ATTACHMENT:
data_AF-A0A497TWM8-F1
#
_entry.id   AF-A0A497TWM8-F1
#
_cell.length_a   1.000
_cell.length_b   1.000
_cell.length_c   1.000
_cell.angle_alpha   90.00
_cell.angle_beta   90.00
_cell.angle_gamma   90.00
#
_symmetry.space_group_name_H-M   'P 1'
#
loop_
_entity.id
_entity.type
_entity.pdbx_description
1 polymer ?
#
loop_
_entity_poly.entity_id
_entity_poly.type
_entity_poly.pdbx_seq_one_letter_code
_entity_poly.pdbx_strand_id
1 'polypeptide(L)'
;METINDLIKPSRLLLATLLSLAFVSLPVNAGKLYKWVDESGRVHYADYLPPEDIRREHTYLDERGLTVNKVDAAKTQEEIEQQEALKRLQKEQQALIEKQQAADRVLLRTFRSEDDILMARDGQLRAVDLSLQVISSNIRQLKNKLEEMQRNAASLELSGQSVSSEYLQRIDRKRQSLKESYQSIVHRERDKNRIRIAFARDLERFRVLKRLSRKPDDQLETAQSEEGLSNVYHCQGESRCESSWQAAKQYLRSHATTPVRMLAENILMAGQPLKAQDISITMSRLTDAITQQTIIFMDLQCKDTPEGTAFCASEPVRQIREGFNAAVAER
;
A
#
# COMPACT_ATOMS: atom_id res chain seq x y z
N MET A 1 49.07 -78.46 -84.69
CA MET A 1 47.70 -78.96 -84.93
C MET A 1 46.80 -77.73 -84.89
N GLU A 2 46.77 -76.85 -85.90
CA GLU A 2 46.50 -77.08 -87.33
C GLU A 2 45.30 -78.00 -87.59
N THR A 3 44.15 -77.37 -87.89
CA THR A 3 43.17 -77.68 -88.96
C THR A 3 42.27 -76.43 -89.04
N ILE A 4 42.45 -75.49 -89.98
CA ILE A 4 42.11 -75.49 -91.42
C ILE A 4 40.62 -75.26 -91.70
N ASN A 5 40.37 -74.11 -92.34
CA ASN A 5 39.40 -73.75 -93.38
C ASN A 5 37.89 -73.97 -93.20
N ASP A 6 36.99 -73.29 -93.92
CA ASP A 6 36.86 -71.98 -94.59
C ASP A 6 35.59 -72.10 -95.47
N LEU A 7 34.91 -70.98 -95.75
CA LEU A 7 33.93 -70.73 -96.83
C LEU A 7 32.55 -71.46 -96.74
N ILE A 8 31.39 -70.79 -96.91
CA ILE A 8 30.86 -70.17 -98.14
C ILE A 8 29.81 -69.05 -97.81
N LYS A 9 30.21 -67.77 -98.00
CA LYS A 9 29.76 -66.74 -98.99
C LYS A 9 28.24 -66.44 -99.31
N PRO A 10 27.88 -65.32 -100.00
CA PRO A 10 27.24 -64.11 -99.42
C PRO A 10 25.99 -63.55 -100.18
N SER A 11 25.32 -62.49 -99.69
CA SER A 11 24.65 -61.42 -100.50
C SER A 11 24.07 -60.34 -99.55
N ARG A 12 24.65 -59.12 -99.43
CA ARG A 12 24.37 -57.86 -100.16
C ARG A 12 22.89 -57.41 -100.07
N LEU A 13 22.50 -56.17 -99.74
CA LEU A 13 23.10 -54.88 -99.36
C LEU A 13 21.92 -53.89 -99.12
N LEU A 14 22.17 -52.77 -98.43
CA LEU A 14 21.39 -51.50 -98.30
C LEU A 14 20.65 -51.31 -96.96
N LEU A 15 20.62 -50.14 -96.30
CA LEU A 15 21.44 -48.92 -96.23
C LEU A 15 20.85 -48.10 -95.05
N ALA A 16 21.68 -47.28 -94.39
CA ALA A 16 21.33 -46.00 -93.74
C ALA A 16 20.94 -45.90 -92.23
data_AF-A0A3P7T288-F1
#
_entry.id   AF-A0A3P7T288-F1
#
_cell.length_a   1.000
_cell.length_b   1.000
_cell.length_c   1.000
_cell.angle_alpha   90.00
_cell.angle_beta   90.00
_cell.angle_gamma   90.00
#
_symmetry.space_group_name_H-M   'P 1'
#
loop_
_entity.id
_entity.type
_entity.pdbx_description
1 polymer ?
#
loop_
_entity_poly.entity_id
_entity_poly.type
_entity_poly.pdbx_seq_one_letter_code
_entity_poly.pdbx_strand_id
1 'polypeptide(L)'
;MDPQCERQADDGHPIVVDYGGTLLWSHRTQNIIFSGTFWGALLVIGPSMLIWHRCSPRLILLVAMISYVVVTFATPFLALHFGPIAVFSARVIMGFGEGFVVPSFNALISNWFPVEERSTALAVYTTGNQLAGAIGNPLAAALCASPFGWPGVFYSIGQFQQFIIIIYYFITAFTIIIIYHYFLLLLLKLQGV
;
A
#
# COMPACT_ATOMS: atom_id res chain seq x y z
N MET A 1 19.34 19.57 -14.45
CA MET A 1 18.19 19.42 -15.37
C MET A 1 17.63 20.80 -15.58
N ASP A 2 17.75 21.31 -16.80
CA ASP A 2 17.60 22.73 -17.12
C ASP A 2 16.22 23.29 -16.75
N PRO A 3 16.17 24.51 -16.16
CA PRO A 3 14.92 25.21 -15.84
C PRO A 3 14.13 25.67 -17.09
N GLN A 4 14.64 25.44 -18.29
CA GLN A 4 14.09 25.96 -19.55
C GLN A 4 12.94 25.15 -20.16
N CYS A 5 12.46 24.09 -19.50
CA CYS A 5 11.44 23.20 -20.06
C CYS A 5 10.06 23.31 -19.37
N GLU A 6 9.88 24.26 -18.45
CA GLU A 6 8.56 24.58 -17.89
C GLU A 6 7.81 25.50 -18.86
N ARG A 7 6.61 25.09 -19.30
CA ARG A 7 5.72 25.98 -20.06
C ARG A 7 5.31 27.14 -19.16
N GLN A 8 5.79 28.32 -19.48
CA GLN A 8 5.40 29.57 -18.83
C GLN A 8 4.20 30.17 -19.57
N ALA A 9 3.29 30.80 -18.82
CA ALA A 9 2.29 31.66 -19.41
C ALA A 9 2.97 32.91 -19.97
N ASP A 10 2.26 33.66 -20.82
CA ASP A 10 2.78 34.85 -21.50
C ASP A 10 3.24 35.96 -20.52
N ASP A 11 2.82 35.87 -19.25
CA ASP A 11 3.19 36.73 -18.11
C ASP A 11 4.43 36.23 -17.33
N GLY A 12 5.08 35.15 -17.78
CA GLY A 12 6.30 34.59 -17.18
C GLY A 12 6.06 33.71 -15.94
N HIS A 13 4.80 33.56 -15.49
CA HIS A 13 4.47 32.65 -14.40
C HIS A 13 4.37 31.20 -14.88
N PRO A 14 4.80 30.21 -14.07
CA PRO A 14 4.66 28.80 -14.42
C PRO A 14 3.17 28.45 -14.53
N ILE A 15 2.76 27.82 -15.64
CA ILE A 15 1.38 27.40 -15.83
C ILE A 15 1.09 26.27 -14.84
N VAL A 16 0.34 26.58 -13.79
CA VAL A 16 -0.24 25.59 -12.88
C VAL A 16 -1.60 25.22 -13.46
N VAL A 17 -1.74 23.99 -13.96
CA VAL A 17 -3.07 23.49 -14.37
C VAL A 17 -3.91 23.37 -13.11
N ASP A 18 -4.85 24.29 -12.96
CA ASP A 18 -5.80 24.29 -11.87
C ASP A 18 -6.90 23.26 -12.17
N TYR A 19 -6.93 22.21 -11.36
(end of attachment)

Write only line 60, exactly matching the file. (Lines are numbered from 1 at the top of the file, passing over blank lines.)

C PRO A 10 25.99 -63.55 -100.18